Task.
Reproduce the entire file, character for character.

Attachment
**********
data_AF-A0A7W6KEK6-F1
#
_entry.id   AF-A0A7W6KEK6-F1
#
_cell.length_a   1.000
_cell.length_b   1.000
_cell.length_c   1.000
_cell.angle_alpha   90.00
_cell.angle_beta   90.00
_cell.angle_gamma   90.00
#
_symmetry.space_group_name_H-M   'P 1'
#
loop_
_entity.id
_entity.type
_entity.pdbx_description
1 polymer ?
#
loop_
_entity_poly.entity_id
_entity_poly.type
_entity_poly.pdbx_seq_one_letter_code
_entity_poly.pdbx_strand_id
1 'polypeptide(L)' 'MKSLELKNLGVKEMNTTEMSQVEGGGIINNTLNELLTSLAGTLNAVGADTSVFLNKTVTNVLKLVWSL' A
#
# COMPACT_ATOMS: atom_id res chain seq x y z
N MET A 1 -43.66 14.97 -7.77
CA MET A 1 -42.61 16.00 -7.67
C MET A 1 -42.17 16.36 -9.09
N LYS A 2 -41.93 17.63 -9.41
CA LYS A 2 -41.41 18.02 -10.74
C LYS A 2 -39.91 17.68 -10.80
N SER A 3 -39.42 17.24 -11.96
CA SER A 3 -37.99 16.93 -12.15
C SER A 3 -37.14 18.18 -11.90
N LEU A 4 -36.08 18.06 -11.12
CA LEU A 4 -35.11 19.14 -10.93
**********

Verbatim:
data_AF-A0A7W6KEK6-F1
#
_entry.id   AF-A0A7W6KEK6-F1
#
_cell.length_a   1.000
_cell.length_b   1.000
_cell.length_c   1.000
_cell.angle_alpha   90.00
_cell.angle_beta   90.00
_cell.angle_gamma   90.00
#
_symmetry.space_group_name_H-M   'P 1'
#
loop_
_entity.id
_entity.type
_entity.pdbx_description
1 polymer ?
#
loop_
_entity_poly.entity_id
_entity_poly.type
_entity_poly.pdbx_seq_one_letter_code
_entity_poly.pdbx_strand_id
1 'polypeptide(L)' 'MKSLELKNLGVKEMNTTEMSQVEGGGIINNTLNELLTSLAGTLNAVGADTSVFLNKTVTNVLKLVWSL' A
#
# COMPACT_ATOMS: atom_id res chain seq x y z
N MET A 1 -43.66 14.97 -7.77
CA MET A 1 -42.61 16.00 -7.67
C MET A 1 -42.17 16.36 -9.09
N LYS A 2 -41.93 17.63 -9.41
CA LYS A 2 -41.41 18.02 -10.74
C LYS A 2 -39.91 17.68 -10.80
N SER A 3 -39.42 17.24 -11.96
CA SER A 3 -37.99 16.93 -12.15
C SER A 3 -37.14 18.18 -11.90
N LEU A 4 -36.08 18.06 -11.12
CA LEU A 4 -35.11 19.14 -10.93